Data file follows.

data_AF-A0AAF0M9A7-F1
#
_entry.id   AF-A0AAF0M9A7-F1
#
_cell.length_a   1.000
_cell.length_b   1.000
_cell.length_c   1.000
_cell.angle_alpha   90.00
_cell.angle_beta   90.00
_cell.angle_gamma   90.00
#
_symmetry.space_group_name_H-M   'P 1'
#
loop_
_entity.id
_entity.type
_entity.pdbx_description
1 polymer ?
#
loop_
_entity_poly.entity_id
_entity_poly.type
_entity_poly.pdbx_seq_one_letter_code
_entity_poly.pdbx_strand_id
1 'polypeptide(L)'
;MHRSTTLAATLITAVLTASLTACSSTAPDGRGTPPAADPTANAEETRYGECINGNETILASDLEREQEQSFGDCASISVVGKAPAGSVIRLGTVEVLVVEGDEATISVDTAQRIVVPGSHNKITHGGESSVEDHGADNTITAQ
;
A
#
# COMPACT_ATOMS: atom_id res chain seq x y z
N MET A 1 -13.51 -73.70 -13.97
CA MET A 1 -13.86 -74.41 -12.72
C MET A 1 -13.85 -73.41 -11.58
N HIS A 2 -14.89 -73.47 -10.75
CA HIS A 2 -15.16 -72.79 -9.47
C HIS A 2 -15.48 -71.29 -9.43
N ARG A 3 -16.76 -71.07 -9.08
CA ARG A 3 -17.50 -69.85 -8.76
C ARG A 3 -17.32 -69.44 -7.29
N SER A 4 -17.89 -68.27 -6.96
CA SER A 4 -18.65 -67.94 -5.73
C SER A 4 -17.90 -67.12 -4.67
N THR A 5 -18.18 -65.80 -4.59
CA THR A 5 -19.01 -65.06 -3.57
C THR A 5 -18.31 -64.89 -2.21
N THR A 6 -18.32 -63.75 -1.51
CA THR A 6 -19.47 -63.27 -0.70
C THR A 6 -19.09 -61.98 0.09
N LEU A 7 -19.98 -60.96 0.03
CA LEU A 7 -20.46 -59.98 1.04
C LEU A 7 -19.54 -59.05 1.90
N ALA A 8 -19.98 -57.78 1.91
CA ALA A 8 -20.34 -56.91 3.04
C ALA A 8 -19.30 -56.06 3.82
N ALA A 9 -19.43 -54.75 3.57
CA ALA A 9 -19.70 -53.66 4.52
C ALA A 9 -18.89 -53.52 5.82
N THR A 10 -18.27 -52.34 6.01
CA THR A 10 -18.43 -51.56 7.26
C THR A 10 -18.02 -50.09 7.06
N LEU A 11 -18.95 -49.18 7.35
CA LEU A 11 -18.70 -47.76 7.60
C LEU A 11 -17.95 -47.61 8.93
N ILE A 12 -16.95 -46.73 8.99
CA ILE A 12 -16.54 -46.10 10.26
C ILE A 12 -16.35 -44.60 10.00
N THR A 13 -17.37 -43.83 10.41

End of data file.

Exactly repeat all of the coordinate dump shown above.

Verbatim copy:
data_AF-A0AAF0M9A7-F1
#
_entry.id   AF-A0AAF0M9A7-F1
#
_cell.length_a   1.000
_cell.length_b   1.000
_cell.length_c   1.000
_cell.angle_alpha   90.00
_cell.angle_beta   90.00
_cell.angle_gamma   90.00
#
_symmetry.space_group_name_H-M   'P 1'
#
loop_
_entity.id
_entity.type
_entity.pdbx_description
1 polymer ?
#
loop_
_entity_poly.entity_id
_entity_poly.type
_entity_poly.pdbx_seq_one_letter_code
_entity_poly.pdbx_strand_id
1 'polypeptide(L)'
;MHRSTTLAATLITAVLTASLTACSSTAPDGRGTPPAADPTANAEETRYGECINGNETILASDLEREQEQSFGDCASISVVGKAPAGSVIRLGTVEVLVVEGDEATISVDTAQRIVVPGSHNKITHGGESSVEDHGADNTITAQ
;
A
#
# COMPACT_ATOMS: atom_id res chain seq x y z
N MET A 1 -13.51 -73.70 -13.97
CA MET A 1 -13.86 -74.41 -12.72
C MET A 1 -13.85 -73.41 -11.58
N HIS A 2 -14.89 -73.47 -10.75
CA HIS A 2 -15.16 -72.79 -9.47
C HIS A 2 -15.48 -71.29 -9.43
N ARG A 3 -16.76 -71.07 -9.08
CA ARG A 3 -17.50 -69.85 -8.76
C ARG A 3 -17.32 -69.44 -7.29
N SER A 4 -17.89 -68.27 -6.96
CA SER A 4 -18.65 -67.94 -5.73
C SER A 4 -17.90 -67.12 -4.67
N THR A 5 -18.18 -65.80 -4.59
CA THR A 5 -19.01 -65.06 -3.57
C THR A 5 -18.31 -64.89 -2.21
N THR A 6 -18.32 -63.75 -1.51
CA THR A 6 -19.47 -63.27 -0.70
C THR A 6 -19.09 -61.98 0.09
N LEU A 7 -19.98 -60.96 0.03
CA LEU A 7 -20.46 -59.98 1.04
C LEU A 7 -19.54 -59.05 1.90
N ALA A 8 -19.98 -57.78 1.91
CA ALA A 8 -20.34 -56.91 3.04
C ALA A 8 -19.30 -56.06 3.82
N ALA A 9 -19.43 -54.75 3.57
CA ALA A 9 -19.70 -53.66 4.52
C ALA A 9 -18.89 -53.52 5.82
N THR A 10 -18.27 -52.34 6.01
CA THR A 10 -18.43 -51.56 7.26
C THR A 10 -18.02 -50.09 7.06
N LEU A 11 -18.95 -49.18 7.35
CA LEU A 11 -18.70 -47.76 7.60
C LEU A 11 -17.95 -47.61 8.93
N ILE A 12 -16.95 -46.73 8.99
CA ILE A 12 -16.54 -46.10 10.26
C ILE A 12 -16.35 -44.60 10.00
N THR A 13 -17.37 -43.83 10.41